It does take an added effort on the parents part, but the rewards are worth it for us.

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I really wanted a family life that wasn't over scheduled, but oldest ds loves sports. It is such a great outlet for him and it makes him really happy.

 

I'd say take a close look at your 3 kids and see if their current activities are keeping them fulfilled. My ds actually told us that he'd rather have more time training for his sport than playing with friends. He has maybe 3 good friends, but he doesn't have a very close friend or best friend. He has a ton of acquaintances from our homeschool group.

 

Have you thought of going that route? Joining a homeschool group with a weekly park day so the kids can get together and just play with others? Those families are likely very busy too but without being tied to the school schedule many homeschooled kids do have a bit more time.

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We experience much of the same trouble, but add in that my husband works an emergency medicine schedule, so we are severely limited in our activities. If our children cannot both participate in the same activity at the same time, we can't do that activity because there is no one but me to take them if my husband is at work. For those of you who do make friends in groups and maintain those friendships in a group setting, is it because you are extroverted? Most of our family is introverted--we meet people in groups but don't really get to know them there.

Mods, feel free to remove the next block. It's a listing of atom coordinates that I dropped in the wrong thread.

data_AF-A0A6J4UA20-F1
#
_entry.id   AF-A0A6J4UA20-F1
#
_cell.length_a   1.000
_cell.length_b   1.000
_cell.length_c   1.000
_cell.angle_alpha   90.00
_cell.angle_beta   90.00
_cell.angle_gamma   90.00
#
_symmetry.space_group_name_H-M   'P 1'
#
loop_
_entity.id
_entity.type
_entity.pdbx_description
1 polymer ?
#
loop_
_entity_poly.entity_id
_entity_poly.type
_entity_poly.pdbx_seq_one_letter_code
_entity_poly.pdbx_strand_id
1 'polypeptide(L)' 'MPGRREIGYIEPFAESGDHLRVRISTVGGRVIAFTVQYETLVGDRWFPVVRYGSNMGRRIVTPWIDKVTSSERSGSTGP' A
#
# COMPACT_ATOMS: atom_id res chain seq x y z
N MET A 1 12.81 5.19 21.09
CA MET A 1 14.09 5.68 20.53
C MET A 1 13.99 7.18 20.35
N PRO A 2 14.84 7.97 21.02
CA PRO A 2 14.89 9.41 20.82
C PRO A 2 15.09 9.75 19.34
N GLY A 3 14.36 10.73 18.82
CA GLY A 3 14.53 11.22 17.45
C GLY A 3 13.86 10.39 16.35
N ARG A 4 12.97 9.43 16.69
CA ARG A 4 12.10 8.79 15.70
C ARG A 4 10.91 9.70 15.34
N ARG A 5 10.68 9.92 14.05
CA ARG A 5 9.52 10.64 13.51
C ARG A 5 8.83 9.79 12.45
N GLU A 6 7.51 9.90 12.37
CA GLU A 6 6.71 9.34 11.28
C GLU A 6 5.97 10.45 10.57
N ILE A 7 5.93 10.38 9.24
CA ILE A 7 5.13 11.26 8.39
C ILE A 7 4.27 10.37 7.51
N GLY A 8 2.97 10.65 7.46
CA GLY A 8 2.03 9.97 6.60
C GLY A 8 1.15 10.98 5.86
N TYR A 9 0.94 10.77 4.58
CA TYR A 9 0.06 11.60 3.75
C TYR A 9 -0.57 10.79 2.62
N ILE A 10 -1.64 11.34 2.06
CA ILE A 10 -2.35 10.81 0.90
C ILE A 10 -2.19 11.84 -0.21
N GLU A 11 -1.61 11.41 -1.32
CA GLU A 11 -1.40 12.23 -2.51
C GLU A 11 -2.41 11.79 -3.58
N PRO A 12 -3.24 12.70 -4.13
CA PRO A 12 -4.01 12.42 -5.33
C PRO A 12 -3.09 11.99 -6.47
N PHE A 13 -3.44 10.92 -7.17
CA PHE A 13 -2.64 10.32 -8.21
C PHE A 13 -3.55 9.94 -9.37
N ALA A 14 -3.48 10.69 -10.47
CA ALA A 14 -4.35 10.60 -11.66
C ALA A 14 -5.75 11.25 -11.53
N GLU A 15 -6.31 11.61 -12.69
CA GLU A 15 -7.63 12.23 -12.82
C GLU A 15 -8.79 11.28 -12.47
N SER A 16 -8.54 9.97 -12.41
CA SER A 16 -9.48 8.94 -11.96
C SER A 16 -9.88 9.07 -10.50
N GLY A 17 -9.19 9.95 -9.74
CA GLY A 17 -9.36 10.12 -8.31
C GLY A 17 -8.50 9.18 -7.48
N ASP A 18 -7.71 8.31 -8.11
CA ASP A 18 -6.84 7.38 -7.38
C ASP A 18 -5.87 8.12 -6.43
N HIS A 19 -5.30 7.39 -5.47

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As children get older, when you restrict scheduled activities to only a few hours per week, the other children that are getting 10+ hours of "togetherness" are the ones that may be making the truest friendships. Unfortunately leaving your children out of the inner circle. Even if the activities vary, I feel like the same group of children travel from activity to activity throughout the week. Carpooling, play-dates before or after the activity, weekend sleepovers, etc are some ways we have encouraged dd9 to really bond with her closer friends.

It does take an added effort on the parents part, but the rewards are worth it for us.

 

I think we live in too large a community to see the same children from activity to activity. We live in a small town between two large suburbs. Our town is so small it doesn't have its own activities, so we travel to the next two towns, which means that we are mixed in with the 90,000 neighbors to the south and the 140,000 neighbors to our north. We've never had an overlap of friends from one event to the next. It's not a great distance for us. Our activities are within 10 minutes from our house and I wouldn't hesitate to drive my kids to play with a friend, but we just haven't been able to find one with enough time to spare for us.

 

I guess I'm just out of touch with the modern world. I made friends within my neighborhood playing after school. I made friends in scouts, and our parents drove us within town to play together. It just seems our world has gotten bigger and we aren't keeping up.

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I agree that friendships can form in the "activities." My kids go to Little Gym 3 nights per week, and some of the other kids there also participate on multiple nights / in multiple classes. That said, I don't think they have to see each other more than weekly to develop a friendship. ... Honestly, from an outsider looking in, you seem to be frustrated that others don't follow your relatively unusual schedule. I'd give some thought to whether you could compromise your ideals for a couple days a week in order to give your kids a chance to spend time with kids on a different schedule.